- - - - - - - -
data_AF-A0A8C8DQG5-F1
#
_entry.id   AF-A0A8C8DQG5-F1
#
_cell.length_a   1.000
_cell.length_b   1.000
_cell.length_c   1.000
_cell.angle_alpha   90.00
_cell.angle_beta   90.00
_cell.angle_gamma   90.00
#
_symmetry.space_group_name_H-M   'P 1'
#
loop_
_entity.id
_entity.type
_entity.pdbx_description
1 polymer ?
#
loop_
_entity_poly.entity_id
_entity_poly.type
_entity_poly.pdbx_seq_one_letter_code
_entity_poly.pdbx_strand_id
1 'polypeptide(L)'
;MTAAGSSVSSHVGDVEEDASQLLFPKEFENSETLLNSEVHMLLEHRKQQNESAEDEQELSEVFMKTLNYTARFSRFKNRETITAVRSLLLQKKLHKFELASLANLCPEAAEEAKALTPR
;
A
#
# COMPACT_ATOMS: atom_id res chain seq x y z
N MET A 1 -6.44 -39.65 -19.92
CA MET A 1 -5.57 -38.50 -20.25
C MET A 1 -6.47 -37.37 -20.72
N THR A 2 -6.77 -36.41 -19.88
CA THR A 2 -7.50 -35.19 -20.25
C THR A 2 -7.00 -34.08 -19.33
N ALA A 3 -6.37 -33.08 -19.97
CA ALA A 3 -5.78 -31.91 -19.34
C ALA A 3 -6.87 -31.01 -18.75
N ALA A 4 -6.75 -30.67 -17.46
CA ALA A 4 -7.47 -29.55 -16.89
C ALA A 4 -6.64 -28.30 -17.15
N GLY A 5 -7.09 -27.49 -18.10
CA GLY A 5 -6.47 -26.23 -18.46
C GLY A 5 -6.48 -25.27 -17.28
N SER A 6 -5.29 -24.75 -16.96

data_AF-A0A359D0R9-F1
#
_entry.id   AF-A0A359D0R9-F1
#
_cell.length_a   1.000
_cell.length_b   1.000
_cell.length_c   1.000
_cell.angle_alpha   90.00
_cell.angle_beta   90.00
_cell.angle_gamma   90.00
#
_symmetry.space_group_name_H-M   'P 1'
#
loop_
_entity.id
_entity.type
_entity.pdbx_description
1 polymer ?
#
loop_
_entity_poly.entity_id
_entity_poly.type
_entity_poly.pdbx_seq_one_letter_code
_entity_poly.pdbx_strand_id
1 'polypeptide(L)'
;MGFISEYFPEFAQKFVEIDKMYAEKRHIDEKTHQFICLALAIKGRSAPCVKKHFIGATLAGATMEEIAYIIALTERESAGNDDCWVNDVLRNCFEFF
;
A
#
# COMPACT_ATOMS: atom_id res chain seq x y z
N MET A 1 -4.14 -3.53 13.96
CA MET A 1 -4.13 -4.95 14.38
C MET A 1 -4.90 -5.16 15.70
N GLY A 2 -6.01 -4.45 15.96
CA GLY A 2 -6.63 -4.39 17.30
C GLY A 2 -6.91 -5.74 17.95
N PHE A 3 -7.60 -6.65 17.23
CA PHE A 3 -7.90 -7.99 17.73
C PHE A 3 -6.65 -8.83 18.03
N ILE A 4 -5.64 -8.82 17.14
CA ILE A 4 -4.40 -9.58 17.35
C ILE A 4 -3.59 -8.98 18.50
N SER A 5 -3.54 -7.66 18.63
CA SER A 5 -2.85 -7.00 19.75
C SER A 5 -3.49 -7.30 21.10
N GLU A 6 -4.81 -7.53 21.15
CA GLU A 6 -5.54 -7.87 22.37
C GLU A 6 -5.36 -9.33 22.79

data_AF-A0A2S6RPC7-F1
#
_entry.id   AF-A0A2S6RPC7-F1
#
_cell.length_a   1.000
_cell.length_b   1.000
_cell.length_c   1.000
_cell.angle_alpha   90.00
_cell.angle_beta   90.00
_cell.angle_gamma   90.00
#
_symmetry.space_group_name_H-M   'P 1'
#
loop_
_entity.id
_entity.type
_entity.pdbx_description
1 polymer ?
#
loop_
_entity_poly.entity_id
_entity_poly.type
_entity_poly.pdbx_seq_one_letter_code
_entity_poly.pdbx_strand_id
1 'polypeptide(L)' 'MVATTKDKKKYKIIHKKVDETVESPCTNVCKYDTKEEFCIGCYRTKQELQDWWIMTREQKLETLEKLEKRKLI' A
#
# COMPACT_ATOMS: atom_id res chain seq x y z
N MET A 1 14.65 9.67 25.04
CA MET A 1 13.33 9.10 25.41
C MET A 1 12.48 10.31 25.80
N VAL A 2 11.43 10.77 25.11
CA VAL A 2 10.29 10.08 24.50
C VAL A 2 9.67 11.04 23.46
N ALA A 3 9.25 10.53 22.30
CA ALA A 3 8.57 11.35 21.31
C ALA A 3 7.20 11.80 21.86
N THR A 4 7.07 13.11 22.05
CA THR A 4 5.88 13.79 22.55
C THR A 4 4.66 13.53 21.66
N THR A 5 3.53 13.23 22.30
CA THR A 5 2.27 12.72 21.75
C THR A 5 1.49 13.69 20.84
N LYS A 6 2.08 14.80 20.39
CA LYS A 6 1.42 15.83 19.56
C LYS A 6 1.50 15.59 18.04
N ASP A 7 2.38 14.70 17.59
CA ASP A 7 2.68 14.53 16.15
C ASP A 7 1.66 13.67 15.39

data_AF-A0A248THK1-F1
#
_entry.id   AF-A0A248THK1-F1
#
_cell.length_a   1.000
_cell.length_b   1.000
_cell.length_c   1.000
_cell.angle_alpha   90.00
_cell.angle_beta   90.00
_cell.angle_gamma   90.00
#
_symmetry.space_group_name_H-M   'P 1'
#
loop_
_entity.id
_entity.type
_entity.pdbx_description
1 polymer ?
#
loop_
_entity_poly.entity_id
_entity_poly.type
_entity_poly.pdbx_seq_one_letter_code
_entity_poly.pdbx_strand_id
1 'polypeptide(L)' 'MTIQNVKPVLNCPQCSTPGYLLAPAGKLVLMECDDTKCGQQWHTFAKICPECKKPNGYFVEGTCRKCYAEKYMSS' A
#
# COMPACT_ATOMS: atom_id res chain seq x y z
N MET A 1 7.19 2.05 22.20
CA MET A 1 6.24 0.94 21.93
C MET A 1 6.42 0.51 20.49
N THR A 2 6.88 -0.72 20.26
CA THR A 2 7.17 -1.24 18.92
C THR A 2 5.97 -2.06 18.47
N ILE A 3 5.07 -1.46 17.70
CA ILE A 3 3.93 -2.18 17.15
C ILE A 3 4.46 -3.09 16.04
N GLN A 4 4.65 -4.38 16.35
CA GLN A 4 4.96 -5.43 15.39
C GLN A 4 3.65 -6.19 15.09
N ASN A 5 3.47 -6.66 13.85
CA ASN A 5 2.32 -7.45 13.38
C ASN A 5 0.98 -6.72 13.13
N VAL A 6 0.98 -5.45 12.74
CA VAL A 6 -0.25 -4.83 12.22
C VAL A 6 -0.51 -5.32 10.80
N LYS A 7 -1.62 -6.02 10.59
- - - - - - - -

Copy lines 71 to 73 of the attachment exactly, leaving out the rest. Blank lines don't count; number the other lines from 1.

1 'polypeptide(L)'
;MGFISEYFPEFAQKFVEIDKMYAEKRHIDEKTHQFICLALAIKGRSAPCVKKHFIGATLAGATMEEIAYIIALTERESAGNDDCWVNDVLRNCFEFF
;